top 9 platform pedals

Top 9 Platform SPD Pedals For Getting Around Town

If you’re a keen cyclist, chances are you probably thought about or are already using clip-in SPD (Shimano Pedalling Dynamics) pedals to improve your pedalling efficiency, control, and reduce knee pain. But, what do you do when you want to ride into town to meet friends and don’t want to be walking around in your SPD shoes all day?

‘Platform’ SPD pedals allow you to choose between riding ‘clipped-in’, or simply going cleatless with your regular old tennis shoes. They often feature an SPD mechanism on the one side and a standard metal cage on the other, providing you with the best of both words.

Working as a mechanic at a mobile bike shop, I’ve seen my fair share of multi-purpose pedals, mounted on everything from a run-of-the-mill commuter to fully docked, custom-built mountain bikes. They are a quickly growing category in the world of recreational cycling, and new features and customization options are constantly being introduced.

With that in mind, here are the 9 best pedals that you can use with both clip-in and normal shoes (Note: Some of these pedals do ‘clip in’ on both sides, but can be used with regular shoes regardless).

Low end (less than $35):

1. Shimano PD-T400

shimano pd t400

The PD-T400 is very much an entry-level pedal, but that’s not to take anything away from its high-performance capabilities. Weighing in at just over 500g per pair, the pedal is undoubtedly of the chunkier variety, which is reflected rather confidently in its overall design. While clearly not the most stylish item on the list, the PD-T400 hardly lacks personality: it’s even reminiscent of the old double-sided mountain bike pedals – if those had been made with built-in side reflectors for the city commute.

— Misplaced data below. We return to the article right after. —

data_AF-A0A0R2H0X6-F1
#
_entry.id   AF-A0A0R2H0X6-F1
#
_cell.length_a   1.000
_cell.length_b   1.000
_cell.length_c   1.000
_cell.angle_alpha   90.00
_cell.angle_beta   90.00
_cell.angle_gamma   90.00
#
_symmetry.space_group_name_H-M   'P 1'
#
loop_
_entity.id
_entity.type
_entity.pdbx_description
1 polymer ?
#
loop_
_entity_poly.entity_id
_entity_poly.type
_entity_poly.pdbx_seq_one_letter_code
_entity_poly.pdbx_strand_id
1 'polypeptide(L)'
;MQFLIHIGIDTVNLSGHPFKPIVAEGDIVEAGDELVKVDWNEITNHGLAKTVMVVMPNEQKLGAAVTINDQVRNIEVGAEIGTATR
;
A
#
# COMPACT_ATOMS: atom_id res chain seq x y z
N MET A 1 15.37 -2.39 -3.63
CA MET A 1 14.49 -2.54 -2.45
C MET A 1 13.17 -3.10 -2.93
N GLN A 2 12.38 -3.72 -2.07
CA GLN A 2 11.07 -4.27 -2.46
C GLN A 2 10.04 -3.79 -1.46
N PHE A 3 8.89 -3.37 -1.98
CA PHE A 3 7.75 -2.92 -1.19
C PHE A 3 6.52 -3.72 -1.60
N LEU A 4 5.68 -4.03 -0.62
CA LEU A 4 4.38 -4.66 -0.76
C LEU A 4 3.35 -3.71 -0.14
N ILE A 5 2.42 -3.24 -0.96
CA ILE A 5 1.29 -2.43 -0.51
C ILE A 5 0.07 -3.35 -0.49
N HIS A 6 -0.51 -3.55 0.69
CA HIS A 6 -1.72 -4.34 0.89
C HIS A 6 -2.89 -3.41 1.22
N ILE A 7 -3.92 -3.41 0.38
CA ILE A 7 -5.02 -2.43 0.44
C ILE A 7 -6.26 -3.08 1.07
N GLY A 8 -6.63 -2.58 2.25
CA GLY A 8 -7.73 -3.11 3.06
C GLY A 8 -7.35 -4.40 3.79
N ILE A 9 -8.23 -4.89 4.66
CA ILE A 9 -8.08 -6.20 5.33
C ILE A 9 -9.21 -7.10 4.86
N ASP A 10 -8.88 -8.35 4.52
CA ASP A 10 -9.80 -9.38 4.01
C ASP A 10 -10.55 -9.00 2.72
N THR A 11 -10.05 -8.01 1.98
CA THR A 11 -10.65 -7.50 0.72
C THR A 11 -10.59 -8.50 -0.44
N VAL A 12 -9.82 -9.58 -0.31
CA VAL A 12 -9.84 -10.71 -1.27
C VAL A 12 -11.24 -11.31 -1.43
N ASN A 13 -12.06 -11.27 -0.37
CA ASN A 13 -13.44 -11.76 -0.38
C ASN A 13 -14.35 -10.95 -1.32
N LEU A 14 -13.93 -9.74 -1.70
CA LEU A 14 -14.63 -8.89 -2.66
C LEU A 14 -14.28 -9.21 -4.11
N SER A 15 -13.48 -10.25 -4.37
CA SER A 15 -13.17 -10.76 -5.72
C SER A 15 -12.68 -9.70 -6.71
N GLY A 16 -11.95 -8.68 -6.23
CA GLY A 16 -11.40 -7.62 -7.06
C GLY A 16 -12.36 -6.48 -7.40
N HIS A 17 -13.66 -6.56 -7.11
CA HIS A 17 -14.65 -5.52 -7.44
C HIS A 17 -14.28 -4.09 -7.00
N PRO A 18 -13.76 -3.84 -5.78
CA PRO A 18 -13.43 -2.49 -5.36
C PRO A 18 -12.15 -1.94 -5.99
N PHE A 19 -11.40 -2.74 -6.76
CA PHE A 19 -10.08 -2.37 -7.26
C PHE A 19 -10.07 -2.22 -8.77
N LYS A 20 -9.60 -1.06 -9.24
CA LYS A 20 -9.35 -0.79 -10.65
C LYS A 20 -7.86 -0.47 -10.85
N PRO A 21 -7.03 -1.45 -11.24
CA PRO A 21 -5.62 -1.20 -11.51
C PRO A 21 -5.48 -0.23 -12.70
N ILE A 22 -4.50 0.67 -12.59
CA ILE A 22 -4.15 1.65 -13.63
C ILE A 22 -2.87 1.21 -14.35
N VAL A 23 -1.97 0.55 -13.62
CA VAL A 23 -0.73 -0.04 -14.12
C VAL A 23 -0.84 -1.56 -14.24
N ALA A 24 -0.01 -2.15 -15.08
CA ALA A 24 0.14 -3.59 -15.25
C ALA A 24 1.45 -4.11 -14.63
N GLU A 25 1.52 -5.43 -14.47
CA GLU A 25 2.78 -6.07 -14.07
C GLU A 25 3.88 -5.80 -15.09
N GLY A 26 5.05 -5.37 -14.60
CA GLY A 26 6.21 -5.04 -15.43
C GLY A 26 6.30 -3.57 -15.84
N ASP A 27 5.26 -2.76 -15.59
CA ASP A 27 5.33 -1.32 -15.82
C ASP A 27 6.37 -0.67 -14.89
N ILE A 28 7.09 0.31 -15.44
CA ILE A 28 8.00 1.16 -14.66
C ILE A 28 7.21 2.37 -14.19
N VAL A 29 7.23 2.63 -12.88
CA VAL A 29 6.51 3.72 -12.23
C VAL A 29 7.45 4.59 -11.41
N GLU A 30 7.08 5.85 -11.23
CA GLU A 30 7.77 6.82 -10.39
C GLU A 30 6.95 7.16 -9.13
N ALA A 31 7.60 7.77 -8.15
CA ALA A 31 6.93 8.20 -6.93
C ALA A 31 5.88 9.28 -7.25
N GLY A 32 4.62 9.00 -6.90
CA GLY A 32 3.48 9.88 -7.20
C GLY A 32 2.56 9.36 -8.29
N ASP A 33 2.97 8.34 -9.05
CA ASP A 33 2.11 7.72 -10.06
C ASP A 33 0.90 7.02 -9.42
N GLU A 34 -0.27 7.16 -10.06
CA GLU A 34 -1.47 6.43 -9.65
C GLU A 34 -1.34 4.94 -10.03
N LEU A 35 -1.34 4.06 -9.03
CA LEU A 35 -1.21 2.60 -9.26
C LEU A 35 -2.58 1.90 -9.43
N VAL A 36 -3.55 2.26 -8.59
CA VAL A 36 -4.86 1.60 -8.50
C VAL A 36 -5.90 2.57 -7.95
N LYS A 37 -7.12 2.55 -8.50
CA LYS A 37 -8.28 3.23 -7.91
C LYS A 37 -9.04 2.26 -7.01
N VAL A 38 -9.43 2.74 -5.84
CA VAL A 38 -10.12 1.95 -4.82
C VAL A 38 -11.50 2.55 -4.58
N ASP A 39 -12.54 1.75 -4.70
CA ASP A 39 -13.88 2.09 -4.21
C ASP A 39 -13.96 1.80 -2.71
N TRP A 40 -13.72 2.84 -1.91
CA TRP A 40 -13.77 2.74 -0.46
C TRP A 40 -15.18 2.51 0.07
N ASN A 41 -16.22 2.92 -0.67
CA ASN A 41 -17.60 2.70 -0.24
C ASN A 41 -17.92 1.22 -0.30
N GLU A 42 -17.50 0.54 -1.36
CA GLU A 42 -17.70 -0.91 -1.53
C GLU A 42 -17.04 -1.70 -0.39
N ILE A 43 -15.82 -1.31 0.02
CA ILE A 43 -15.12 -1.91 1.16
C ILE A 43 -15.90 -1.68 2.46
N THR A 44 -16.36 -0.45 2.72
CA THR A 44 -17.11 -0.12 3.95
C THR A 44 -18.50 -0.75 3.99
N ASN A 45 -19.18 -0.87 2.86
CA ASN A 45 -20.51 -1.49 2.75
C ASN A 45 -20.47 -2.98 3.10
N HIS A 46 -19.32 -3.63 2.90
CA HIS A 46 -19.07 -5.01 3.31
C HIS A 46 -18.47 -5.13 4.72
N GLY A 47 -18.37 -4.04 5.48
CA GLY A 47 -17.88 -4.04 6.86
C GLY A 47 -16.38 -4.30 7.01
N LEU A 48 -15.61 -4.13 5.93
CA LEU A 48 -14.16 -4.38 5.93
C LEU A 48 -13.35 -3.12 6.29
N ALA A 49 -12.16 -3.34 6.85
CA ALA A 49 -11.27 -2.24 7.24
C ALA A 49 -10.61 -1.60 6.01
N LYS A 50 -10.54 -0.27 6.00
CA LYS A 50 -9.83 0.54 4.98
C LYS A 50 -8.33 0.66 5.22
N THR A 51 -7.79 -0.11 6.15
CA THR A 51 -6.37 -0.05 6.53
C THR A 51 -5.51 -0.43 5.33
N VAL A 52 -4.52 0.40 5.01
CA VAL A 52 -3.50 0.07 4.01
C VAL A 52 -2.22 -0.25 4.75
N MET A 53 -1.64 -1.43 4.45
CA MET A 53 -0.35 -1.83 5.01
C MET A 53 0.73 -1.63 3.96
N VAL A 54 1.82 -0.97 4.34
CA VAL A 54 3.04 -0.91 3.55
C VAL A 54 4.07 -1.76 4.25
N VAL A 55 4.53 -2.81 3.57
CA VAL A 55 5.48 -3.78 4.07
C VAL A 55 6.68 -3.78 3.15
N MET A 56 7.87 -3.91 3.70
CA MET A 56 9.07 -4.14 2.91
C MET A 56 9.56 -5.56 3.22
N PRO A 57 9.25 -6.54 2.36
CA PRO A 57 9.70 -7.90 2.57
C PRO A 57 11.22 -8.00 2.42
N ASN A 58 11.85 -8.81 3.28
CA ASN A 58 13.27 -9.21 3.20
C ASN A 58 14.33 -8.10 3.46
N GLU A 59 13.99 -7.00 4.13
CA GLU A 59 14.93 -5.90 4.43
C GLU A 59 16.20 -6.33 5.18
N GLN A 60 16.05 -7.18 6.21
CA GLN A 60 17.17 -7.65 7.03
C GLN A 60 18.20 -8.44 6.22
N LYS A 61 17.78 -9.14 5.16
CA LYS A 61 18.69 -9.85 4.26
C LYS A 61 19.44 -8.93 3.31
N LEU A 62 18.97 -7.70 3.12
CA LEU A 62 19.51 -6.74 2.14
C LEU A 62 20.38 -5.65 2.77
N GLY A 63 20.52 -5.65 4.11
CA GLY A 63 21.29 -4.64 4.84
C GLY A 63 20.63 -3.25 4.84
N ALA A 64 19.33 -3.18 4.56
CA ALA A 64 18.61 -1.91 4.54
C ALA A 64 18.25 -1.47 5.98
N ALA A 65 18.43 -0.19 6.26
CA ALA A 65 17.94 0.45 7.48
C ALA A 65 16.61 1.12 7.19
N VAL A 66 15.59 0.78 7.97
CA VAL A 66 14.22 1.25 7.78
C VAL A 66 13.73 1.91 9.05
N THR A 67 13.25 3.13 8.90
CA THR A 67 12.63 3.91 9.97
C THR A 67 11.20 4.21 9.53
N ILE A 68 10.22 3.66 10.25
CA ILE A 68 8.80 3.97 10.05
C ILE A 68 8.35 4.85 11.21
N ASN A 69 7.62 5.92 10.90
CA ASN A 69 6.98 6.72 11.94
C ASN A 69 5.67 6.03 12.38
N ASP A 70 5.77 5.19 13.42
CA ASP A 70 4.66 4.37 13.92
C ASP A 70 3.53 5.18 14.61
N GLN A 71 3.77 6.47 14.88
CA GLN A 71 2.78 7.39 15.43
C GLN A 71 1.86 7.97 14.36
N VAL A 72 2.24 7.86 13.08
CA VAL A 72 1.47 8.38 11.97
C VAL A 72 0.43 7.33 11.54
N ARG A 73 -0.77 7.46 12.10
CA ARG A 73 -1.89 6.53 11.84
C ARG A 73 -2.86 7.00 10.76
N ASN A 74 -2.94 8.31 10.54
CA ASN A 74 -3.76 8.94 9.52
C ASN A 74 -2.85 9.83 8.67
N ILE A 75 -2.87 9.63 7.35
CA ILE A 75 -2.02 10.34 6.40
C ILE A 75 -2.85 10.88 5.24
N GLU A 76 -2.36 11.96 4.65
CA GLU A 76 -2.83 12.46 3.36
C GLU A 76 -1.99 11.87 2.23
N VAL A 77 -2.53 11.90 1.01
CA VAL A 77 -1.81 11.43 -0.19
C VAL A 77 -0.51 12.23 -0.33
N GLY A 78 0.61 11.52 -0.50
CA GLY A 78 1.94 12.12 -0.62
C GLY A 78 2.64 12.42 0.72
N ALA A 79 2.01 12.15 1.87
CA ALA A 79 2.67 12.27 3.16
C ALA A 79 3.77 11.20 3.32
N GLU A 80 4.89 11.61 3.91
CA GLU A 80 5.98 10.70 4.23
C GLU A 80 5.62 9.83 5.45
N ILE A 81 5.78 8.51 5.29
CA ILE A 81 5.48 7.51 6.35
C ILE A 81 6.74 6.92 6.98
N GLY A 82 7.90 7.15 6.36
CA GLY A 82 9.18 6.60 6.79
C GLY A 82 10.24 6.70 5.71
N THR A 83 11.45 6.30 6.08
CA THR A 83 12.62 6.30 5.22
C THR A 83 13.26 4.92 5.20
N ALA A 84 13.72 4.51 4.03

The PD-T400 is a firm believer in substance over style, which makes it ideal for those new to the world of SPD pedals. If you’re already confident in your clip-in prowess, you’ll want to move onto some of the lower entries on our list – this pedal was made audibly with the beginner in mind.

As a result, the featured gripping mechanism is uncommonly light, allowing for a much simpler entry (and release) compared to most of its competition. Although the grip remains indelibly firm on most occasions, even the slightest twist outward should be enough to unlock your shoe. That way, you won’t have to kick and squirm every time there’s an unplanned standstill on your daily commute, which should be reason alone to give PD-T400 a try.

2. B’TWIN 500 Dual Platform

Designed primarily for urban cycling, the B’TWIN 500 is as cheap as they come. The dual function pedal dons an all metal construction, outfitted with an aluminum body, steel axle and cartridge bearings. While the clipping itself is typically accompanied by a convincing ‘clunk’, the sturdy steel spring makes it unnecessarily difficult to obtain a firm grip. Still, at only 360g per pair, the B’TWIN remains one of the lighter pedals in its price range, which seasoned cyclists may find reassuring.